Background on Nepal

Maoist insurgents control 80% of the countryside and have set up working, alternative governments. Nepal’s seven main parliamentary parties are allied against the King, but do not support the Maoists, although all have joined in a united front against the King.

They did not do this out of ideological unity. The reason that the parliamentary parties have come out in opposition to the monarchy and formed a tactical alliance with the communist insurgents is the strength of the insurgency itself.

Once the [Maoist] rebellion began, the country’s police unleashed a wave of violence and terror against the rural population. Peasants in conflict areas were deemed “Maoist supporters” and often brutally tortured and killed. With the aid of U.S. military “advisors” and millions of dollars, the Royal Nepalese Army quickly joined the battle, and the repression increased exponentially. The army has been cited as one of the worst human rights abusers in the world. (Nepal: Security Forces ‘Disappear’ Hundreds of Civilians, Human Rights Watch, May 1, 2005)

Despite these significant obstacles, the insurgents have gained much ground throughout Nepal. They currently control about 80 percent of Nepal’s countryside, with growing influence in the cities among the urban workers.

They operate an alternative government—what they call the People’s Republic of Nepal—in the parts of the country they control. These liberated areas consist of nine national and territorial autonomous regions. In these areas, the CPN(M) is building people’s committees and mass organizations and carrying out sweeping democratic reforms. The presence of the king’s government is “now limited to the capital, district headquarters and highways,” according to CPN(M) politburo member Pavrati.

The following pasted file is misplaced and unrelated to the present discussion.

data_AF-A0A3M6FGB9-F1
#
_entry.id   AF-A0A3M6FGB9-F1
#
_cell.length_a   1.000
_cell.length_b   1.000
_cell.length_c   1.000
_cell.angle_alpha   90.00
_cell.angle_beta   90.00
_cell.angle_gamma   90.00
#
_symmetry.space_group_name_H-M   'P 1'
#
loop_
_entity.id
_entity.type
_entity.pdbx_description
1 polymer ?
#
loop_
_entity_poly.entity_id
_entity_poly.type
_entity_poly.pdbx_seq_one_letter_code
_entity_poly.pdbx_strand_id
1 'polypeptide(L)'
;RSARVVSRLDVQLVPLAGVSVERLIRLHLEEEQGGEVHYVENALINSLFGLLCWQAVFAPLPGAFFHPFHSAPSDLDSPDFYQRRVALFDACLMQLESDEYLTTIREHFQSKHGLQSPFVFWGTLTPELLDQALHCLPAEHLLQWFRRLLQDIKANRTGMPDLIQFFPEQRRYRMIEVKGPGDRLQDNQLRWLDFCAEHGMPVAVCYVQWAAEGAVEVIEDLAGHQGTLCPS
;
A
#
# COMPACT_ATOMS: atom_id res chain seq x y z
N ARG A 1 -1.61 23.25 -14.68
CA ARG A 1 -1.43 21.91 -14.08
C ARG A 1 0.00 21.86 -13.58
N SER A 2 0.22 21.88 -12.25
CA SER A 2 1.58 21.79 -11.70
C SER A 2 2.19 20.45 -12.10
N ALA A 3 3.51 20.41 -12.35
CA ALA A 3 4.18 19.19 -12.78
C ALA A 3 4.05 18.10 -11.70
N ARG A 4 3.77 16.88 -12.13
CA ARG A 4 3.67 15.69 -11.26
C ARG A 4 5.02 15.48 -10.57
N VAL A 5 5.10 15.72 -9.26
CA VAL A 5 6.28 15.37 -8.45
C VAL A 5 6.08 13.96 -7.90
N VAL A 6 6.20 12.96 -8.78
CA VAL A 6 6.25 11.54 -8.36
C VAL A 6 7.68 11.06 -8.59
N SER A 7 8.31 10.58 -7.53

In addition, there is a brutal, medieval caste system in Nepal in which Dalits are barely considered human and have no rights. Discrimination against women is equally entrenched, and slavery still exists.

These unbearable living conditions have made the armed uprising popular especially among the peasants and young people.

Where is the U.S.? Supporting the King, of course.

U.S. aid is quietly funneled to Nepal’s king through third-country conduits. The United States also conducts joint exercises with the murderous army and supplies it with thousands of M-16 rifles, communication and night vision equipment, and training in counterinsurgency.

India and China also don’t want the King to fall. Will there be foreign intervention when he does? And then too will come the struggle for power between the Maoists who want socialism and the parliamentary parties who want some, but not major, changes. However, it’s clear who the peasants support, and that’s the Maoists.

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